Attempted suicide high among some soldiers soon after ideation diagnosis - Healio
September 16,2021
A new study has found that suicide risk is highest in the days following an 'ideation diagnosis' in certain US soldiers, such as females and combat medics. Study author Holly B. Herberman Mash said, "The goal of the current study was to identify specific factors that may increase this imminent risk among those with suicidal ideation, which can be targeted in interventions by clinicians and leadership.”


Suicide of Fredericton teen was preventable, provincial advocate finds - CBC
September 15, 2021
A report by New Brunswick's child and youth advocate into the suicide death of Lexi Daken, 16, has found that her death was preventable. "Having reviewed all the circumstances of Lexi's passing, we come to the regrettable but inescapable conclusion that this death, like many youth deaths from suicide could have been prevented," says the report from New Brunswick's child and youth advocate. In particular the report found that on-call psychiatrists tend to be reluctant to come in after midnight unless there is a serious mental health crisis situation, which may have factored into the ER physician's willingness to contact them. The report says, "The fact that the ER physician left the decision up to Lexi of whether to consult the on-call psychiatrist is in our view unjustifiable." There was also found to be a lack of standardized suicide risk assessment practice, a chronic shortage of psychologists and psychiatrists, and an over-reliance on crisis care and lack of prevention services. "I always believed that if Lexi got the help that she asked for that night … there would have been a different outcome," said Lexi's father Chris Daken.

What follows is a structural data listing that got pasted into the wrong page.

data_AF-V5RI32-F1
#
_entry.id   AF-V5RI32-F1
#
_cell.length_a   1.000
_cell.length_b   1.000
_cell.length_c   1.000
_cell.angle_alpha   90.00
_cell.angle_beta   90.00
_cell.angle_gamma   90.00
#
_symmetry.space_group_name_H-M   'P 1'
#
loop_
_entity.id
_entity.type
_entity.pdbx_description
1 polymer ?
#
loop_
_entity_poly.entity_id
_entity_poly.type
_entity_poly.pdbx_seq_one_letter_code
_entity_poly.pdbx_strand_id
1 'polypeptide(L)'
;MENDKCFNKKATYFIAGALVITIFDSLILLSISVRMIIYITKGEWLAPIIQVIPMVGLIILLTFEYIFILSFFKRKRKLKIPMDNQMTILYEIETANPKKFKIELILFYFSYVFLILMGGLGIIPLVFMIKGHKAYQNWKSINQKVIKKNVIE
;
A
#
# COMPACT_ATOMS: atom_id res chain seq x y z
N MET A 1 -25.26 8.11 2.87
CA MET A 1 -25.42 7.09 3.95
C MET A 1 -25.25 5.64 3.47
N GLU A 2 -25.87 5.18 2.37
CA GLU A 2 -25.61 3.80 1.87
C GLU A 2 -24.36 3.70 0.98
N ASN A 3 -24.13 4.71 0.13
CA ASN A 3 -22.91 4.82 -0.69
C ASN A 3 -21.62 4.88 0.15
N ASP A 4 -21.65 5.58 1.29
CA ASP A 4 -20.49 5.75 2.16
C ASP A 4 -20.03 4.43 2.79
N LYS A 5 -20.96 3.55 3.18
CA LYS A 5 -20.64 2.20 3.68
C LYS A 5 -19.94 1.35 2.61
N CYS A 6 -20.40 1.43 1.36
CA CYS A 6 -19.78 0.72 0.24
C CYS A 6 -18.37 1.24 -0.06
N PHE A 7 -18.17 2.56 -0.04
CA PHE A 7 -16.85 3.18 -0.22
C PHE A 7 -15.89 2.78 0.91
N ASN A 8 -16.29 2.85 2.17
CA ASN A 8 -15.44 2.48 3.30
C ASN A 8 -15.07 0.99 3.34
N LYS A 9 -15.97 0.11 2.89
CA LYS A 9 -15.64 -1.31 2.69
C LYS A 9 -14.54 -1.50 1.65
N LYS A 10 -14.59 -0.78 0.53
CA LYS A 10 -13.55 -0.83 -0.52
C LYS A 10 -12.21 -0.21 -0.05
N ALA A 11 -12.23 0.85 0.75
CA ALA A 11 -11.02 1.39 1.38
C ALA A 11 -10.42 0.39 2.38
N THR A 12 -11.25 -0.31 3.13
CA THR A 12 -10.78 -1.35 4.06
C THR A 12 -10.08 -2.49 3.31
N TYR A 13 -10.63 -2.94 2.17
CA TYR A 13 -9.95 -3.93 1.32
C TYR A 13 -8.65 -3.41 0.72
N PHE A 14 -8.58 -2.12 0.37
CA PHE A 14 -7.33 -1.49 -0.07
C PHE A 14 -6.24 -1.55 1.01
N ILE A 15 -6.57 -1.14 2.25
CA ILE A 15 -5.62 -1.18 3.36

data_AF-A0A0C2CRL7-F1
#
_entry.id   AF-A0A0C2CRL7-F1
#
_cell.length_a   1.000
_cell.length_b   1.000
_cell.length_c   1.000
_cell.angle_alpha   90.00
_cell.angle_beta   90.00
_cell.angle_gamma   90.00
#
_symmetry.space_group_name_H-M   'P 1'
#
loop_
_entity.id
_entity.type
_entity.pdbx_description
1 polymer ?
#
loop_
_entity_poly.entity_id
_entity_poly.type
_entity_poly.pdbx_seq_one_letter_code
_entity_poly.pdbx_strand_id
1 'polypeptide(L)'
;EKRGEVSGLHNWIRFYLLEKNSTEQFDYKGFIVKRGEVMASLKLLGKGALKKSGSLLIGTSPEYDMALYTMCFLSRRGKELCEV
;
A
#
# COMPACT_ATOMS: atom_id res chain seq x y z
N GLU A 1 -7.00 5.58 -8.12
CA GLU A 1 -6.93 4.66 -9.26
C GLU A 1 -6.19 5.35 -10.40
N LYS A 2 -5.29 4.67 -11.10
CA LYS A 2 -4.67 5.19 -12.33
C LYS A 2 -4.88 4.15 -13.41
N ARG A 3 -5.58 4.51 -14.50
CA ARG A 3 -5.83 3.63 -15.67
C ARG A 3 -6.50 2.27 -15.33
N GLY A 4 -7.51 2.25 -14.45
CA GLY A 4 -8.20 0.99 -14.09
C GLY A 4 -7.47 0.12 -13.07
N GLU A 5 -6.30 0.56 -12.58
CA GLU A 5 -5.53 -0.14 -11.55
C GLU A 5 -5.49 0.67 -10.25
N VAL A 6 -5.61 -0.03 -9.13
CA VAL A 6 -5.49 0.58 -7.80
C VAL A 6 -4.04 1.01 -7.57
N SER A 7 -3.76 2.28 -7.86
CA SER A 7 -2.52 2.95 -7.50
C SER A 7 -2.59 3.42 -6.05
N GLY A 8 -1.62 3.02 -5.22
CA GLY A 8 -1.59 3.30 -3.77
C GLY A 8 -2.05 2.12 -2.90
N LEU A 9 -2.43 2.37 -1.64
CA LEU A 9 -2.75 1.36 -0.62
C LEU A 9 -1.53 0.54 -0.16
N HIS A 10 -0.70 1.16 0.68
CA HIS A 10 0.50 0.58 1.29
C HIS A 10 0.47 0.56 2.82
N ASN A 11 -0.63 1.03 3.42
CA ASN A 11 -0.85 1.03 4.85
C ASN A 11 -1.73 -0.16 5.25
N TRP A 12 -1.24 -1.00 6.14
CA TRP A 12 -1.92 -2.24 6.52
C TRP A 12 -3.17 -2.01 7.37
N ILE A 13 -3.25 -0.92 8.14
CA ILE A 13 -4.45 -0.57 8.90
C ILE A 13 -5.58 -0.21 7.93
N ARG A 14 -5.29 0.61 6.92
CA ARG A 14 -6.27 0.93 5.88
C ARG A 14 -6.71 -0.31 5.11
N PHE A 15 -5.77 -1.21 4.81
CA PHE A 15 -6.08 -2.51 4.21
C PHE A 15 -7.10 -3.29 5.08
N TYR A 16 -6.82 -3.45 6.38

How 13 Reasons Why sparked years of suicide-contagion research - Ars Technica
September 15, 2021
**Method warning** This article explores the depiction of suicide in the media, specifically in the context of Netflix series 13 Reasons Why, and whether or not depictions of suicide contribute to suicidality.

How Reservation Dogs Is Opening Up a Crucial Conversation About Suicide in Indigenous Communities - Time
September 14, 2021